Heels, hand-knit socks, and photo shoots.Posted: 16/11/2010 Filed under: Craft, Design, Knitting | Tags: Foot cream, Heel, Kate Atherley, photography, photoshoot, soak 5 Comments
I’m fascinated by photography and lighting. I find photo shoots extremely interesting and just the other week, I was able to go to another photo shoot for our newest product, Heel – foot cream for feet worthy of hand-knit socks.
I am always impressed by the whole process and the beautiful results that we get. The above photograph was professionally taken by Jessica, our wonderful photographer. The following images are from my camera as I documented our day.
The day started off with a quick brainstorming session of different pose ideas so that Jessica could get an idea of how to set up the backdrop and what lighting we would need. We then tried on some of the hand-knit socks that were designed and made by Kate Atherley, a Toronto based knitter, designer and teacher. I never understood the fascination/obsession with hand-knit socks until that morning. They were beautiful and comfortable and hugged my feet in this way that only hand-knit socks can. Some of our Heel labels will feature Kate’s beautiful socks. If you are thinking of a fun gift idea for your favourite knitter, why not pair a tub of Heel with the accompanying sock pattern? Visit Kate’s online store for her designs.
Esther and I were the lucky feet models for the day. After a few hours of tippy toes, pointing, and stretching, I have gained a new appreciation for feet models. I don’t know whether my feet and toes are just terribly out of shape or what, but after holding a pose for 10 mins with slight movements, I started to get cramps galore. As we looked at the images appearing on the computer screen, it was fascinating to see how the slightest movement in the toes or the smallest change in the direction that your feet were pointing could completely change the feel and attitude of the image.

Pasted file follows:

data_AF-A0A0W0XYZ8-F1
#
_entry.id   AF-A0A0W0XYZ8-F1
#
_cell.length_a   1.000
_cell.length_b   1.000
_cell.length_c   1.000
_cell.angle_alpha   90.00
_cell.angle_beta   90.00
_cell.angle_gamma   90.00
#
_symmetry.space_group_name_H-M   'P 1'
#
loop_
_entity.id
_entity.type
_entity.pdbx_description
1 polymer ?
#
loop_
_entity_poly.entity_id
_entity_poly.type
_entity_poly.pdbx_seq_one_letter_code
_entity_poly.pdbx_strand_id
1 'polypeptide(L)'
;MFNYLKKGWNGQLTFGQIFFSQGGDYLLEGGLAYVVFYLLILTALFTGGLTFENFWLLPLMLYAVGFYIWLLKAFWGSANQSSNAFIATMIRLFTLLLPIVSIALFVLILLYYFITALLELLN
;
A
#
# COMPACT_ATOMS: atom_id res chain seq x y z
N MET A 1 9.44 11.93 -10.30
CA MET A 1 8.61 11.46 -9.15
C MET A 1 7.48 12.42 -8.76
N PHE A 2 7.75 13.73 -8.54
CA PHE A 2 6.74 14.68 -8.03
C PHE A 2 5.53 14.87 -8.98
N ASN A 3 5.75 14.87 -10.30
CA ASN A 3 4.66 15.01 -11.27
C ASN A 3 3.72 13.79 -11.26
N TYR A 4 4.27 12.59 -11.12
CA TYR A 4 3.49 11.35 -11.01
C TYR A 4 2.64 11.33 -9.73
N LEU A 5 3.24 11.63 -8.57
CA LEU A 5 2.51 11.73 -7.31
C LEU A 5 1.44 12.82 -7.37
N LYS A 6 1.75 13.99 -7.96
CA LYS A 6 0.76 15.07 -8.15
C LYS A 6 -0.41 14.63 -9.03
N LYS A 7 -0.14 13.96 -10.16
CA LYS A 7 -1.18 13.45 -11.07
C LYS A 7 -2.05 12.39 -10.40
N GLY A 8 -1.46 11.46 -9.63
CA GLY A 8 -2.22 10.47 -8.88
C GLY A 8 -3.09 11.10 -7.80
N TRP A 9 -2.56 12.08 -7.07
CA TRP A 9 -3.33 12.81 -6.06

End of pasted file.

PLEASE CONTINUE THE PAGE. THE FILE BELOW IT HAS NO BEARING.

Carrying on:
I am always impressed by a beautiful photograph and am constantly asking for tips and advice on how to improve my own photography skills. I find that once in a while, I’ll fluke into a decent photo. I am still striving to take that one photograph that I am proud enough to display on my wall but alas, nothing as of yet.
Here are a few of the tips that I’ve gathered along the way.
1. Welcome to the wonderful world of digital. Just snap away. For every wonderful photo you see, that person probably took 90 mediocre ones. Take a lot of photos. Look at them and figure out what you did wrong, what you like about them, and what you should do differently next time.
2. Catch the light. When photographing people, spin them around and look at their eyes. Stop spinning them once the eyes catch the light.
3. Photos don’t always need to be artistically beautiful. They are about capturing your memories and emotions. A photo might not be impressive to anyone else, but if it brings you back to a wonderful moment or invokes certain wonderful emotions in you, then it’s a good photograph.
4. A good camera and a good lens doesn’t equal a good photograph. I’ve seen people take wonderful photographs with their camera phones. There is so much more to photography than just the equipment.
5. If you’re new to the SLR world, take the time to learn about ISO, aperture, and shutter speeds. Don’t waste a perfectly wonderful camera by only shooting on auto. Try manual. It will open up a wonderful new world.
Do you have any fun photography tips? Please share, I’d love to hear them.
Thanks for the tips! My favorite — natural light is a photographer’s friend but avoid hard sunlight or shadows. Diffused sunlight is best!
Thanks Beth! I forgot about that one. Kate Inglish from the Shutter sisters (and SweetSalty) actually talked to me about that a week ago. She suggested under a tree on a sunny day, or inside by a big window.
You suggest learning about iso, aperture, and shutter speeds. I completely agree, but wanted to mention that you don’t have to have a fancy camera to be able to control those. A lot of midline models let you have a surprising amount of control too.
There’s a great introduction over here: http://thepioneerwoman.com/photography/ . There is a sidebar that says ‘Read this Series!’ It has four articles called ‘What the Heck is Apetrure’ parts 1-4. It is a great place to start.
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Wish there were more photos of the whole shoot… I’m looking for ideas on how to shoot great photos of my slippers. Are there more posted anywhere else?